If you suffer from the benign-sounding Restless Leg Syndrome, you know the symptoms are worse than the name.
RLS, as it is most commonly called, causes uncomfortable and sometimes unbearable sensations in your limbs – itchiness, tingling, numbness or burning — that result in an irresistible urge to move your legs. It strikes most often at night, so it keeps you awake, too.
RLS seems to be easily inherited, but a number of health issues can lead to the syndrome, including kidney problems, iron deficiency, diabetes, pregnancy, some drugs and even too much caffeine.
One common cause is varicose veins.
The exact connection is not known but studies have shown that most RLS sufferers who have symptoms of varicose veins experience relief from both problems after undergoing varicose vein removal.
A report published by the National Center for Biotechnology Information, a department of the National Institutes of Health, showed that about 22 percent of patients with RLS also had varicose veins. Relief came to 98 percent of those patients when their varicose veins were treated. A year later, RLS had returned for 8 percent, however, and 28 percent reported RLS symptoms two years after treatment.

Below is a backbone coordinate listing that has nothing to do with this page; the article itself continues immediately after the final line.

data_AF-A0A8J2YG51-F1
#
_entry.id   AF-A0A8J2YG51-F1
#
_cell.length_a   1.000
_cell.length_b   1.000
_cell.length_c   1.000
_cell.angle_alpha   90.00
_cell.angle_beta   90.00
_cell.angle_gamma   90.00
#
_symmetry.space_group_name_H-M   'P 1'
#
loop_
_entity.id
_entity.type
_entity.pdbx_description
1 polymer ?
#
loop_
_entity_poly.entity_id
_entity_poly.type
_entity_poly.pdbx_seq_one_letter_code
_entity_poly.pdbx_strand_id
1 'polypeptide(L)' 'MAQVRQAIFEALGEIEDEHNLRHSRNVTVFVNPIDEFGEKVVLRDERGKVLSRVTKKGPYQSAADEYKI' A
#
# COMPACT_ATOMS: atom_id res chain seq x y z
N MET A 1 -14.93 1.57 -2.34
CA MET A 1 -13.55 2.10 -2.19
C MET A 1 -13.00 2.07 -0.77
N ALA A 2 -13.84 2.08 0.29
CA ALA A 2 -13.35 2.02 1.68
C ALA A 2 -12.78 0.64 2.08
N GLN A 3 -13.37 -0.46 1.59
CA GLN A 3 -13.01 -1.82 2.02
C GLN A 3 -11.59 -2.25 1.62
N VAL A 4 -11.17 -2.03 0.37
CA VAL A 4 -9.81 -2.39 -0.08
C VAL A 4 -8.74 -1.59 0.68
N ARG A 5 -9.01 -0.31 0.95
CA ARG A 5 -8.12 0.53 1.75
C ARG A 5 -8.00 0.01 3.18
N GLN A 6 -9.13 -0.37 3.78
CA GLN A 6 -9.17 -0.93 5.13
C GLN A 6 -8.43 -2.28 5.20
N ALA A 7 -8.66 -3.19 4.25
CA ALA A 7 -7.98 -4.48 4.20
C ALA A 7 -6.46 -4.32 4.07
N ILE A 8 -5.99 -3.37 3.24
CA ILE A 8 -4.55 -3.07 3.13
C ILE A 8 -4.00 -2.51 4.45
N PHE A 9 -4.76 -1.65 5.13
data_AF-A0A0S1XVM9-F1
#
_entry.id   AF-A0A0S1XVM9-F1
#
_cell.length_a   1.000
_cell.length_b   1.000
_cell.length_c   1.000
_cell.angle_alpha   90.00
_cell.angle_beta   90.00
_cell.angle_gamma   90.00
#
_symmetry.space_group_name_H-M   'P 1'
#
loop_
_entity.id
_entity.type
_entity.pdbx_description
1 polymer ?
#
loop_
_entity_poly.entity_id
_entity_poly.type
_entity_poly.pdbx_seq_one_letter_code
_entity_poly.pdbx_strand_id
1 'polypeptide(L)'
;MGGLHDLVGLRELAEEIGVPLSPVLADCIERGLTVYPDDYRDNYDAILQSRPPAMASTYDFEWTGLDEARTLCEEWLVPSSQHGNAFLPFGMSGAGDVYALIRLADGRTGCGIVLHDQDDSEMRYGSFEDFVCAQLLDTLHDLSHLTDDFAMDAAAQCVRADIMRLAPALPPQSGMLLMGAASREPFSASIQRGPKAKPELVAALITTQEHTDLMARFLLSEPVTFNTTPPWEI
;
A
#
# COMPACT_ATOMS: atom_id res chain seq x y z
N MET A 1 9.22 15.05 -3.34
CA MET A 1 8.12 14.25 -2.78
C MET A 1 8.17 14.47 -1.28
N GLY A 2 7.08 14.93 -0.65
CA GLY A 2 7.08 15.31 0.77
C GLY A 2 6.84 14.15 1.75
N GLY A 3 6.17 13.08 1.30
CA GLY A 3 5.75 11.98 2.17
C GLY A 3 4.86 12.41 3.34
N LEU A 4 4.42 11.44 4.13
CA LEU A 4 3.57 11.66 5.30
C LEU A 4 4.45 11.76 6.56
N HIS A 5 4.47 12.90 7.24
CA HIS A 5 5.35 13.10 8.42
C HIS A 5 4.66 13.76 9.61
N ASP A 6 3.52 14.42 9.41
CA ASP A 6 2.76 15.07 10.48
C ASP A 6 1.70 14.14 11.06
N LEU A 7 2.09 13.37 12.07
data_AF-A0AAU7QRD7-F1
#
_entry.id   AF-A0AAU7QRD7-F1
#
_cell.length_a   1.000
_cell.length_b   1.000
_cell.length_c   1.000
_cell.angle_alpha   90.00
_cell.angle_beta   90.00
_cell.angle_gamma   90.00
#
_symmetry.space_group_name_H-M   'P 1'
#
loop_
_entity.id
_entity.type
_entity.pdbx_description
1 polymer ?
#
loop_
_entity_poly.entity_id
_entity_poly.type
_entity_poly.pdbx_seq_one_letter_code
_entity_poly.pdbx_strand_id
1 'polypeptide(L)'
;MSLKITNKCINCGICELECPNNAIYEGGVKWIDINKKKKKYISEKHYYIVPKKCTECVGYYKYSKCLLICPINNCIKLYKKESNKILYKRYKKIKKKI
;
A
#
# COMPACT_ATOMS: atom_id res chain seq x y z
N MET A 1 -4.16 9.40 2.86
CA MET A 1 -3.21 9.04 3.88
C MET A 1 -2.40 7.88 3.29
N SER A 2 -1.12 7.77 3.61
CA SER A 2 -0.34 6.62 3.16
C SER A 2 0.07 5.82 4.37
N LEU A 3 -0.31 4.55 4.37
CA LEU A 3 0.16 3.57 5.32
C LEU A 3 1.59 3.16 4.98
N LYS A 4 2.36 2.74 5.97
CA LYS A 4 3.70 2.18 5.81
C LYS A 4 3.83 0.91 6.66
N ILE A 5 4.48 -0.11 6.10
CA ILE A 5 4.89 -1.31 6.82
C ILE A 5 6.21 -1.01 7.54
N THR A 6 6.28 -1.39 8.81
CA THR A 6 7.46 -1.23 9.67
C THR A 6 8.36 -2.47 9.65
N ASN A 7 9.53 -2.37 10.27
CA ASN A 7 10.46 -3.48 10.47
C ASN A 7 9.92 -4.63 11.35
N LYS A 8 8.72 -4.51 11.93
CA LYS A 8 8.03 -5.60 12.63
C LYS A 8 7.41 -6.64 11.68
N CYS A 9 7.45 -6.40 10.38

If your RLS symptoms aren’t too bad yet, you can try treating them at home by soaking in a warm bath, exercising, applying warm or cool packs to your legs, and practicing meditation or yoga to relieve stress (especially before you go to sleep). Try to get enough sleep and don’t drink coffee or other caffeine drinks late in the day.
A doctor who specializes in vein treatments can quickly tell you whether you have symptoms of varicose veins and your options for treating them. If the physician finds no signs of varicose veins, the next step is to see a neurologist.
When you think your RLS is connected to varicose veins, call the Vein Institute of Connecticut to schedule a free appointment with Dr. Afshar. He will discuss your options with you.